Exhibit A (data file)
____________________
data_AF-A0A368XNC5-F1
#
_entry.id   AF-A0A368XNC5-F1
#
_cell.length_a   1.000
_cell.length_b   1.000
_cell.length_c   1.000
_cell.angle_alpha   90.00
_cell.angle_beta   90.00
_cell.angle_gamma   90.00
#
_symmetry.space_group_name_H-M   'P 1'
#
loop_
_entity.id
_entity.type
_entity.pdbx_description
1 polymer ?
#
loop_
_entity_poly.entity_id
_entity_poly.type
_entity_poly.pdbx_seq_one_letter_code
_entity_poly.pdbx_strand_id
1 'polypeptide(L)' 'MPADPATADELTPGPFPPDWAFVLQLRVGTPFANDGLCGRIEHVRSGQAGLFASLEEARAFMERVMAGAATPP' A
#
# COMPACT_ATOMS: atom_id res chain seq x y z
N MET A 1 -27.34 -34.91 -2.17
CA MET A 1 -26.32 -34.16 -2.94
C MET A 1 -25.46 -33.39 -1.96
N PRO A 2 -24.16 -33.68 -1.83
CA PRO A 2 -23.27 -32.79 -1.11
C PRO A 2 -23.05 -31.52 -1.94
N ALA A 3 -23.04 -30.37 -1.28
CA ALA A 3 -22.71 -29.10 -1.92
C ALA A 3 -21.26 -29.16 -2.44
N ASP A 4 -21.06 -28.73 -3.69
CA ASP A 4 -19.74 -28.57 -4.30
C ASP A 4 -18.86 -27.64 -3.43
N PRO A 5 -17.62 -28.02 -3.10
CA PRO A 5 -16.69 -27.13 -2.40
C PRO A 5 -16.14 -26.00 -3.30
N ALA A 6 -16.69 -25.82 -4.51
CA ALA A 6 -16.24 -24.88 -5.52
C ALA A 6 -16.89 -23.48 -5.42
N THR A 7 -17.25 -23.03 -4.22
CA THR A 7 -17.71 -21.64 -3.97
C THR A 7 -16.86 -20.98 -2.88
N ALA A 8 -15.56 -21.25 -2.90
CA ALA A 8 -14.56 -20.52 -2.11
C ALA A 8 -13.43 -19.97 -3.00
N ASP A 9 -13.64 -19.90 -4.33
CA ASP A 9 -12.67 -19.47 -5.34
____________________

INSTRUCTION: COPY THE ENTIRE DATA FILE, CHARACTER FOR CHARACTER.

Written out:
data_AF-A0A368XNC5-F1
#
_entry.id   AF-A0A368XNC5-F1
#
_cell.length_a   1.000
_cell.length_b   1.000
_cell.length_c   1.000
_cell.angle_alpha   90.00
_cell.angle_beta   90.00
_cell.angle_gamma   90.00
#
_symmetry.space_group_name_H-M   'P 1'
#
loop_
_entity.id
_entity.type
_entity.pdbx_description
1 polymer ?
#
loop_
_entity_poly.entity_id
_entity_poly.type
_entity_poly.pdbx_seq_one_letter_code
_entity_poly.pdbx_strand_id
1 'polypeptide(L)' 'MPADPATADELTPGPFPPDWAFVLQLRVGTPFANDGLCGRIEHVRSGQAGLFASLEEARAFMERVMAGAATPP' A
#
# COMPACT_ATOMS: atom_id res chain seq x y z
N MET A 1 -27.34 -34.91 -2.17
CA MET A 1 -26.32 -34.16 -2.94
C MET A 1 -25.46 -33.39 -1.96
N PRO A 2 -24.16 -33.68 -1.83
CA PRO A 2 -23.27 -32.79 -1.11
C PRO A 2 -23.05 -31.52 -1.94
N ALA A 3 -23.04 -30.37 -1.28
CA ALA A 3 -22.71 -29.10 -1.92
C ALA A 3 -21.26 -29.16 -2.44
N ASP A 4 -21.06 -28.73 -3.69
CA ASP A 4 -19.74 -28.57 -4.30
C ASP A 4 -18.86 -27.64 -3.43
N PRO A 5 -17.62 -28.02 -3.10
CA PRO A 5 -16.69 -27.13 -2.40
C PRO A 5 -16.14 -26.00 -3.30
N ALA A 6 -16.69 -25.82 -4.51
CA ALA A 6 -16.24 -24.88 -5.52
C ALA A 6 -16.89 -23.48 -5.42
N THR A 7 -17.25 -23.03 -4.22
CA THR A 7 -17.71 -21.64 -3.97
C THR A 7 -16.86 -20.98 -2.88
N ALA A 8 -15.56 -21.25 -2.90
CA ALA A 8 -14.56 -20.52 -2.11
C ALA A 8 -13.43 -19.97 -3.00
N ASP A 9 -13.64 -19.90 -4.33
CA ASP A 9 -12.67 -19.47 -5.34